Going back up to the top and clicking on People, Places, and Topics, shows linked subject headings that have been assigned to this collection. Clicking on these will take you to a list of other collections that also have these subject headings.
The section on Related Materials will direct you to similar collections that may have other materials of interest on the main topics of this collection.
The Container List describes the materials in the collection, usually at the folder level. Please note that the container list describes the physical materials in the collection at the aggregate level; it is not a list of what has been digitized from the collection. If portions of a collection have been digitized, those links will appear in the series note, or be directly linked from the container list. If those links are not present, the collection is in analog format only.
A folder title is usually a general description of the materials in the folder. A folder can have multiple documents within it, as well as different document types. It is important to read these critically, and broadly, with your topic in mind to identify relevant material. For example, if you were researching the history of testing accommodations for students with learning disabilities, you might find relevant material in both Series 2: Policies, Memoranda and Guidelines, and in Series 3, Academic Accomodations, Testing. Note the box, folder or item numbers for materials that you would like to consult; these will be needed to retrieve this material for you in SCARC.
Sometimes, you will see a PDF container list, rather than a linked container list. This means the collection has not yet been fully processed by our archivists; however, it is usually still open for research. These collections may be described with less detail, but the PDF container list is there to help you begin to identify relevant materials for your research. As with linked container lists, note any box, folder, or item numbers for materials you would like to consult; these will be needed to retrieve the materials for you in SCARC.
To find published materials in the Special Collections and Archives Research Center, click on Advanced Search from the main catalog page. Enter your keyword in the search box. Here you can use wildcards and truncation rules, such as an asterisk to find word variants. This search will find the terms agriculture, agricultural, agriculturalist, and other variations of the word. Then limit the scope of your search to Special Collections and Archives. You can also narrow your search by different material types, such as journal, by languages, or by date range. To limit to a set of years, enter the first and the last year.
Your search results can be refined in a number of ways. To browse results in the chronological order of the date span, choose date-oldest. You can also refine by resource type, topic, or creator. Come back to this corner to remove filters.
Your results can be seen in this panel, 10 to a page. Click on Load more results to see the next page. From this quick view of the record, you can get a link back to it, email it, or pin it to your favorites lists. You can also export the record, get the citation in a variety of formats, or print the record. Click on the title to look at the full record. All of your export and request functions are here at the top. Scroll down to find bibliographic details. Use the subject headings to branch out from your search; clicking on these will take you to new results without any former filters applied.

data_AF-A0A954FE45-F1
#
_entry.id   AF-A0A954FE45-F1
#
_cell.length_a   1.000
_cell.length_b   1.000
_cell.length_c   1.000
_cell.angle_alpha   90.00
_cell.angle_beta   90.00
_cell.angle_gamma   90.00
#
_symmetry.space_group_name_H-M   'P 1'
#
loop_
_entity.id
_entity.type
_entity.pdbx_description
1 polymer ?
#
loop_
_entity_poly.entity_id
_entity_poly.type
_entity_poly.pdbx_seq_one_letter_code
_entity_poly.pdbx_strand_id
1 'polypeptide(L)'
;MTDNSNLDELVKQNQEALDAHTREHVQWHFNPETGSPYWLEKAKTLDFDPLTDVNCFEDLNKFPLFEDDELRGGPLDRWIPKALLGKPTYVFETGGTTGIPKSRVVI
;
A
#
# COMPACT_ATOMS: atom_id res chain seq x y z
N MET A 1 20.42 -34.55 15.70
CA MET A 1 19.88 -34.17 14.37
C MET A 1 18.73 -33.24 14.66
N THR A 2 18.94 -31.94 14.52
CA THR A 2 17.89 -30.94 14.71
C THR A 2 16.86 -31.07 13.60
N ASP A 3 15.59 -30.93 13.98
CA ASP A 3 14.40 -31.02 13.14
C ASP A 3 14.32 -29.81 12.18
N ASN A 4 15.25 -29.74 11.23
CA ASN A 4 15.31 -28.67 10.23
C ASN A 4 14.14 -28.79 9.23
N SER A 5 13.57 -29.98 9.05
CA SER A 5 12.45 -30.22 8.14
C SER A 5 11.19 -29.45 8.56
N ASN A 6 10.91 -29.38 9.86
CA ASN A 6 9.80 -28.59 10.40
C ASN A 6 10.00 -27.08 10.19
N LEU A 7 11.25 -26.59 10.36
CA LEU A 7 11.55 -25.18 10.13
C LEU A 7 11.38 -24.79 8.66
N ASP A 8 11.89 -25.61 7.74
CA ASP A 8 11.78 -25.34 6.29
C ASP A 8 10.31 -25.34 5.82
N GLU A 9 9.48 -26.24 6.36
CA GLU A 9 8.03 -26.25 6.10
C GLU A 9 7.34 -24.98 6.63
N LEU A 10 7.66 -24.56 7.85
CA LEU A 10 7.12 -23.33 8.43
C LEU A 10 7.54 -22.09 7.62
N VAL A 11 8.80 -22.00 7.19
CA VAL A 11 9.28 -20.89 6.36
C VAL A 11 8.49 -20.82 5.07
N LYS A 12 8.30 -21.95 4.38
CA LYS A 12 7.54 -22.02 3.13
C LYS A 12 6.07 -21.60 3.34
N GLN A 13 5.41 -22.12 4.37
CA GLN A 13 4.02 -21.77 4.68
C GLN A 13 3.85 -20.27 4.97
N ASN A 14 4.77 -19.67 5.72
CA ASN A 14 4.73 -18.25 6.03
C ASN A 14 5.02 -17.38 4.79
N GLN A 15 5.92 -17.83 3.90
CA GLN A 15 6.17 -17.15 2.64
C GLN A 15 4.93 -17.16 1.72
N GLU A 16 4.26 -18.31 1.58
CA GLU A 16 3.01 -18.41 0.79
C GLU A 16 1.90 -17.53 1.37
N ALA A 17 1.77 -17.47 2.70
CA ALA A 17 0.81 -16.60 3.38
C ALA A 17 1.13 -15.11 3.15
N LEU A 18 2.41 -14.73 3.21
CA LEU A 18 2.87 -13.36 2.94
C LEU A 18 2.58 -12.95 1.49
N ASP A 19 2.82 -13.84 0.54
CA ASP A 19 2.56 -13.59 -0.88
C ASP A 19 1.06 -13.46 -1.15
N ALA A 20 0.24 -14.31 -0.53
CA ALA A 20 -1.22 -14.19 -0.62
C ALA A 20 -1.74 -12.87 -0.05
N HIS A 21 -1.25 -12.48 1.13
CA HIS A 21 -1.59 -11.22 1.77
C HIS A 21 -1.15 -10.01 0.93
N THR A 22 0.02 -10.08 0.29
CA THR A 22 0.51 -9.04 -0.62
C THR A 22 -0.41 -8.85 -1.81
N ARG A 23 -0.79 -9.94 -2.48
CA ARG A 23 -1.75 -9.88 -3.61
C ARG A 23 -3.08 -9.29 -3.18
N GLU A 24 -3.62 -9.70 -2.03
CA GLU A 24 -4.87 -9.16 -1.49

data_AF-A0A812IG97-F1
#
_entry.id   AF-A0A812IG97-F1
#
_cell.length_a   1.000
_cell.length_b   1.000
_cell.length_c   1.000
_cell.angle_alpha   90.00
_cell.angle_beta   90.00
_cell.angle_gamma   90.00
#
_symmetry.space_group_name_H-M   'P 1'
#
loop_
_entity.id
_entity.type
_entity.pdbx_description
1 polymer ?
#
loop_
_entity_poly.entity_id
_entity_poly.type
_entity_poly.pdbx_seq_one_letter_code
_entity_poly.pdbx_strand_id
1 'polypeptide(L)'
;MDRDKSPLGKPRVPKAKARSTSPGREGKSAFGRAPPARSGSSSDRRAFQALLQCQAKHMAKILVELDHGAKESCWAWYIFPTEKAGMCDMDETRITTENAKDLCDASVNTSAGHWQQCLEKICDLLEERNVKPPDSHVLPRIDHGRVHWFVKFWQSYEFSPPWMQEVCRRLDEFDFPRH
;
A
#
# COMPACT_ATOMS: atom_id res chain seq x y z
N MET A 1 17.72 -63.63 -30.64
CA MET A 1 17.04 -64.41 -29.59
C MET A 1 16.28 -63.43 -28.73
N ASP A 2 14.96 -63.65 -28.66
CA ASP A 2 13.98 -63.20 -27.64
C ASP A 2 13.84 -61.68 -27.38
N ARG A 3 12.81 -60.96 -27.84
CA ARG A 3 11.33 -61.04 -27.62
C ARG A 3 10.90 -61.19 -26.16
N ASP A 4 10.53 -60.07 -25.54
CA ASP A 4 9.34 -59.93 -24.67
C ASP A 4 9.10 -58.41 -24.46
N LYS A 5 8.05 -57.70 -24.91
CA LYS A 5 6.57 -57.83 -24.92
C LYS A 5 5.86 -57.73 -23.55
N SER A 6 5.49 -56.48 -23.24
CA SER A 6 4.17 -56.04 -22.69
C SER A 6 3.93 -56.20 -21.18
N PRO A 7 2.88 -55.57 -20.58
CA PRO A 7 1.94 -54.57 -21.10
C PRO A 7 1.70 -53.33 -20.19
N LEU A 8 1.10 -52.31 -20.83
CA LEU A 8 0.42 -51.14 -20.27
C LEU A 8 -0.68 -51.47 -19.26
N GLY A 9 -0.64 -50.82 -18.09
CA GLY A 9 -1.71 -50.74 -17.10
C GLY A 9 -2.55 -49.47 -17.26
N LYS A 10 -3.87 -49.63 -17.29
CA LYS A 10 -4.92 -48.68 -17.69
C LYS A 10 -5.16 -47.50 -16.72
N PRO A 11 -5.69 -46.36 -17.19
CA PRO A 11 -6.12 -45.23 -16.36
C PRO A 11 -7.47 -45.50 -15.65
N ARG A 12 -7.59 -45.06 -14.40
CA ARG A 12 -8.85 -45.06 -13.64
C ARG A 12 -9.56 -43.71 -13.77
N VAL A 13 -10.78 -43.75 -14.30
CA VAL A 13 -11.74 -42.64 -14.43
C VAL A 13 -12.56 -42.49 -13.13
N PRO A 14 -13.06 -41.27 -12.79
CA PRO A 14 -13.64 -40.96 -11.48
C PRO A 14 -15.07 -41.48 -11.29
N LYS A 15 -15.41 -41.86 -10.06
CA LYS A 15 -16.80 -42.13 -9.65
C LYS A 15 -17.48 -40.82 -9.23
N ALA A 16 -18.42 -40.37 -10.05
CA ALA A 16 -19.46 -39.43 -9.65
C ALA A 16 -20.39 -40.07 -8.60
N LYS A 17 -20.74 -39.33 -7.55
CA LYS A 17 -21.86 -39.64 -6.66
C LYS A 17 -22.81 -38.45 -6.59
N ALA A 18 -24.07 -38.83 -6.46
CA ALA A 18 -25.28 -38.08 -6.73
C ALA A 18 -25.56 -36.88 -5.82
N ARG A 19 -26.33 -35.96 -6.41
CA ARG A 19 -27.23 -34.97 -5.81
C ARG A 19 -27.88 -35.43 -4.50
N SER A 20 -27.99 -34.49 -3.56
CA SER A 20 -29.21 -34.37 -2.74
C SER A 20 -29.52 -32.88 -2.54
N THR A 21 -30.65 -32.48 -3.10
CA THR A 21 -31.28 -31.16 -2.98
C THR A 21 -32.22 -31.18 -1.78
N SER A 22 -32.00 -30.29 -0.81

Click here to go back to your results.
A wide variety of online resources are available to support your research from afar!
SCARC staff have created guides to support research, including subject and collecting area guides. Of special note is the Guide to the Special Collections and Archives Research Center, which will help you efficiently navigate our collection guides and digital resources.
SCARC’s digital collections remain available via Oregon Digital, and other digital resources are available on SCARC’s website, where you'll find a wide range of historical publications, photographs, videos, and oral histories.
Oregon Digital is the online repository holding digitized materials from SCARC. It is collaboratively managed by the University of Oregon Libraries and by Oregon State University Libraries.
Enter your search terms in the box at the top.
Use the facets along the left side to limit your searches. Or, use the "Browse by Collection" button (seen above) to see a list of all available digital collections.
To limit your search results to materials from OSU, use the "Institution" facet (seen above), found at the bottom of the front page.
You can further limit your search results by using the facets on the left side of the screen. See which facets are limiting your search by looking at the top bar. Click the X to remove them.
Below the digitized image, you will find information about the photo. Click on the sets to see more from a particular collection.
If you're looking for already-digitized content relating to Oregon and its history, a wide variety of additional sites are available to search from the comfort - and safety - of your own home, including:
121 The Valley Library
Corvallis OR 97331–4501